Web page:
The art show people who walk by and ignore me don't know that I spent between $150 and $600 to be sitting there. I know they don't know it took hours to pack up my 500 lbs of gear, haul it all out of my Durango, cart it to my spot, spend hours setting it up. People have no idea that each of my portraits has a sweet story... that a part of me is hanging by paper clips on my mesh display walls.
Last weekend, I had a huge show at the Odeum in Villa Park. It’s a great show, even though it is held in a creepy, dark, old, tin shed of a building with godawful cell phone reception. My booth was across from a big ole blingy display of cheap jewelry that took up TWO spots. Women are nearly drunk with joy when they find cheap jewelry at art shows. They’ll try it on with their friends and yell stuff while laughing too loud, which feels like a deliberate attempt to hurt my feelings. They are practically jumping up and down. I spent the entire weekend looking at the backs of these women.
Okay, I sort of lied, because it doesn't matter whether the jewelry is cheap. It usually isn't, but it's JEWELRY and chicks dig jewelry and most of the people at craft shows and art shows are skirts on the prowl for more jewelry. JEWELRY!
Sometimes the jewelry drunks give me the briefest once over, which makes me wince even more inside. A glance with a quick look away is way worse than being ignored, which I'm sort of used to. Some art show patrons will give my booth a good sniff as they're wandering slowly but steadily by. That’s a little better, but I still sulk because they don’t stop. When I say sulk, I mean I have cried in my car on the way home. I obsessively wonder what I'm doing wrong. If my husband calls at the wrong time, as soon as I've heard his rumbly, kind voice, I've started to cry in my booth, too. In front of people. Yikes. I really do need to be more positive; this blog may force me into therapy. But hell, at this point I've been pointedly ignored by several million people. Even a mentally balanced normal person with non-crybaby tendencies could get discouraged.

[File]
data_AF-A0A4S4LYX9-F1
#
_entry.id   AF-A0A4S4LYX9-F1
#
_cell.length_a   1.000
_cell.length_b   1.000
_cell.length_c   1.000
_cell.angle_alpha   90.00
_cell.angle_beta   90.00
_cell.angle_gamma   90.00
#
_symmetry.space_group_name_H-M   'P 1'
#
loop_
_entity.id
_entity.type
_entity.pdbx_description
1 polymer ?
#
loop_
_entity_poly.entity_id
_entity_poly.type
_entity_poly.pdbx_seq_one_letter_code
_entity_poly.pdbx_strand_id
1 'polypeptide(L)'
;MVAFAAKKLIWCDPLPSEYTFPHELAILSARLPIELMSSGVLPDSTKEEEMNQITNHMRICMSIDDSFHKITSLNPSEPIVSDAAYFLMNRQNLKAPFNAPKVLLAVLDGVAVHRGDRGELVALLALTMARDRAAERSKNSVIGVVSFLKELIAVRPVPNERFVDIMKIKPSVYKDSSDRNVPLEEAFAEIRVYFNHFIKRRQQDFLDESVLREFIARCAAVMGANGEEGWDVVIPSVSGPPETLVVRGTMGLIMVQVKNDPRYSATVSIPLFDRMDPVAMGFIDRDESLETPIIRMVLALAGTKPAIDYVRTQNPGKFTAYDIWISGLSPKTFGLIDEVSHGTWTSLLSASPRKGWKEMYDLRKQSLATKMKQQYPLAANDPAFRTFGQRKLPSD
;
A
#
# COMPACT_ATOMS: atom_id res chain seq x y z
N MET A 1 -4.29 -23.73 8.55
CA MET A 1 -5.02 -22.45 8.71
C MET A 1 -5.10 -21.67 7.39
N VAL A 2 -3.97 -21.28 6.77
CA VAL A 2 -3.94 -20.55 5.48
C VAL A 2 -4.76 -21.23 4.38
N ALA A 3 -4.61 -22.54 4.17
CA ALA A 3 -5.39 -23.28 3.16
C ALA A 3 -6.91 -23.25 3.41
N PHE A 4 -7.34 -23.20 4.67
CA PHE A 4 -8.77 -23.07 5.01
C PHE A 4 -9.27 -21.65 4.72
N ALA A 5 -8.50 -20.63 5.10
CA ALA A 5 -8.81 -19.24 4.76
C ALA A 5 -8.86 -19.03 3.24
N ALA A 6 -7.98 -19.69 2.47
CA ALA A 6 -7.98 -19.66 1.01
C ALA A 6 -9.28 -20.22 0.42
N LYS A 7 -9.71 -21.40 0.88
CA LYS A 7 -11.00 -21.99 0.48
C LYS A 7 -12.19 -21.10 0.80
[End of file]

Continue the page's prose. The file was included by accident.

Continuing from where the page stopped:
If I'm not getting blown off, I am being chatted up by people just killing time, waiting for their jewelry-shopping friends. They'll chit-chat about my pictures, ask questions, maybe even fill out an inquiry form, but it's all hot air and they're not fooling me with their fake interest. Others like to talk about their cats in great detail, or their artistic grandparents or neighors who like to draw. I am trapped and at their mercy. Most don't call me, even if they swear on their cat that they will.
Mothers tend to be the ones who get it, who share my passion for sweet little moments caught on film. If there was a fire, I would grab the old photo albums of non-digital pictures. The photo booth pictures when my husband and I fell in love… that photo of Joey at two years old in a plaid wool hat with flaps. What if they were just gone?
Sandy Smith knew what I was talking about.
“I have the PERFECT photo!” she told me, “it is my favorite picture of my girls. Just wait till you see it! You’re going to love drawing it.” She was so appreciative and delighted, I loved her instantly and more than a normal person should love a stranger.
It went something like this:
Can you believe that crabby broad popped up again? What are the chances? Sometimes the world gives you a sign that you should calm down or change. I choose to ignore these signs and keep doing the same dysfunctional stuff.
END OF TANGENT.
Sandy Smith, on the other hand, was HAPPY to be hugged, which was good, because she was so sweet and complimentary about my work, I could not have held myself back from hugging her. The portrait of her three girls turned out to be one of my all time favorites...
|Eat no evil, poop no evil, whistle no evil.|
While they aren’t covering their eyes or ears, the girls’ distinct, silly expressions have that monkey feel, like they are giving us different subliminal messages. Let's think of some thought bubbles for them.
|I want to be adopted into this family|